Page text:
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Tobi Kyeremateng FRSA in her own words…… ahead of “How to be a producer” course at the NT

Tobi Kyeremateng FRSA in her own words…… ahead of “How to be a producer” course at the NT

“…..growing up, I would say my household was pretty creative. I don’t know if my parents would say this about themselves, but you know, I would consider my mom to be a writer and a storyteller”. Tobi Kyeremateng

The NT is leading two free digital programmes for young people to learn about theatre-making and roles in the industry: the How to be a Producer course and the Young Technicians’ Programme. These courses aim to introduce young people to theatre-making and help them develop practical skills through workshops, interactive demonstrations and mentoring. The programmes are both completely free (places are limited) and are being led online this year so young people no matter where they are in the UK can apply to take part. Applications are open now, with the courses beginning in early 2021.  This year Tobi Kyeremateng, cultural producer and founder of the Black Ticket Project will be leading the ‘How to be a Producer’ course and 50% of places are available to young black people in partnership with the Black Ticket Project. 

Kyeremateng FRSA is an award-winning producer, writer and social entrepreneur using film, written essays, live public events and community-led and co-designed programmes to create rich cultural experiences, document Black British & Diasporic cultures and facilitate social change.

Recent credits include: My White Best Friend (and Other Letters Left Unsaid) by Rachel De-Lahay and Milli Bhatia (Royal Court Theatre), The Future Is Near (Tate Modern), Skin Deep’s Sonic Transmissions Series: Cassie Kinoshi and House of Absolute (Roundhouse & The Institute of Contemporary Art), J’Ouvert by Yasmin Joseph (Theatre503), International Women’s Weekender (gal-dem), BABYLON Festival (Bush Theatre), AFRO-CITY Festival (Roundhouse), Pagans (Old Vic Theatre).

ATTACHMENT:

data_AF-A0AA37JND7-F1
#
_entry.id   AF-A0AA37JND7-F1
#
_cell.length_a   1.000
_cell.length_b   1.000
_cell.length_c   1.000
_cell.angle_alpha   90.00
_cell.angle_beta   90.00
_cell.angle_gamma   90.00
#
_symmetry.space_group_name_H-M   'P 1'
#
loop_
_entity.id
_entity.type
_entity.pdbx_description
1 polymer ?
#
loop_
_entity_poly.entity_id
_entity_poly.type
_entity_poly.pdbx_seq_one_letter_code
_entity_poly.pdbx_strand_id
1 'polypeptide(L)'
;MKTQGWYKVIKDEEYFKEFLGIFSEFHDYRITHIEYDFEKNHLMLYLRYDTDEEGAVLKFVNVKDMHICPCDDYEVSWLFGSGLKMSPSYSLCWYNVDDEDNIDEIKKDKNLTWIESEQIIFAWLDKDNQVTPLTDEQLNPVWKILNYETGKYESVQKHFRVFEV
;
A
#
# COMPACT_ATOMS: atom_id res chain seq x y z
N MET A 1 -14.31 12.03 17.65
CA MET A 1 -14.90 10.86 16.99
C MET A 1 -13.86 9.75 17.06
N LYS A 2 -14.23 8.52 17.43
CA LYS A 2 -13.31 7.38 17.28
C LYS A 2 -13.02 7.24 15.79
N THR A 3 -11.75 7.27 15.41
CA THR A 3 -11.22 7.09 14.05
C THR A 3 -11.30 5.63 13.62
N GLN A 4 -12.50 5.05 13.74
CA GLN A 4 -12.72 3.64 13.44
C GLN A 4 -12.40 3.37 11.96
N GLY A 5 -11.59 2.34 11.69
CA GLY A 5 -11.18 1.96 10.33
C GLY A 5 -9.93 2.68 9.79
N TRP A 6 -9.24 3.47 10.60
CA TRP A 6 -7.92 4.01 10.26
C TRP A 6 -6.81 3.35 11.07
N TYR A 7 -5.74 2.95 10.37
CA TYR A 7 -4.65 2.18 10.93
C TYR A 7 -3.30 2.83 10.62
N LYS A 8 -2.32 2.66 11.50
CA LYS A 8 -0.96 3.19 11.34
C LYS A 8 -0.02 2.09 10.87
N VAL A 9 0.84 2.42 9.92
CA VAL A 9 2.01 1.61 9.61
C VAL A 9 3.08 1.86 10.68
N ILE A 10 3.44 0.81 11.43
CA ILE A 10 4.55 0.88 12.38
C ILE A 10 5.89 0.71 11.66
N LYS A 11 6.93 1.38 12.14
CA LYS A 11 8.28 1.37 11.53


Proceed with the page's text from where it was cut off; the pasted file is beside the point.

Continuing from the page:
Film credits include: Wishbone (NOWNESS, 2020 International Shorts at Screen Dance International Festival) and Secret Life of Gs by Caleb Femi, and Roots For A Crown (NOWNESS, 180 The Strand: Prada Mode) and In Praise Of Still Boys (FACT Magazine, The Vinyl Factory, 180 The Strand) by Julianknxx. Music video credits include: Waiting Room (Complex UK) by Kaia Laurielle. ALT caught up with Tobi to talk BLM, theatre, black female entrepreneurs and more.. ( Main image credit: Photographed by blaow)

What actually influenced your decision to have a creative career?


I don’t think me having a creative a career was an accident, but I feel that this particular role was kind of an accident. So growing up, I would say my household was pretty creative. I don’t know if like my parents would say this about themselves, but you know, I would consider my mom to be a writer and a storyteller. I would consider my dad to be a documenter. Our house is just like one big gallery of our lives from far as I remember my dad has taken pictures. And so it always felt like I was in a kind of storytelling household.  I kinda had that influence growing up, but was also surrounded by lots of different things, like different kinds of music, obviously a lot in the house and outside of the house, at school and stuff.

But  the options, in terms of studying were not that vast, so even though I was interested in like, “drama”, whatever that meant, the only way for me to study it in school was to perform, which I didn’t really want to do. I didn’t mind it, but it wasn’t like, yes, I want to be a performer. But that kind of led me into the theatre kind of world, I guess.  Then after I left secondary school, I went to college and did a performing arts BTEC. And I guess that was my proper sort of dedication to study performing arts specifically, because in school I did music and drama alongside 11 other subjects. It was just a thing that you did, but college was an active choice, but it was still very performance heavy.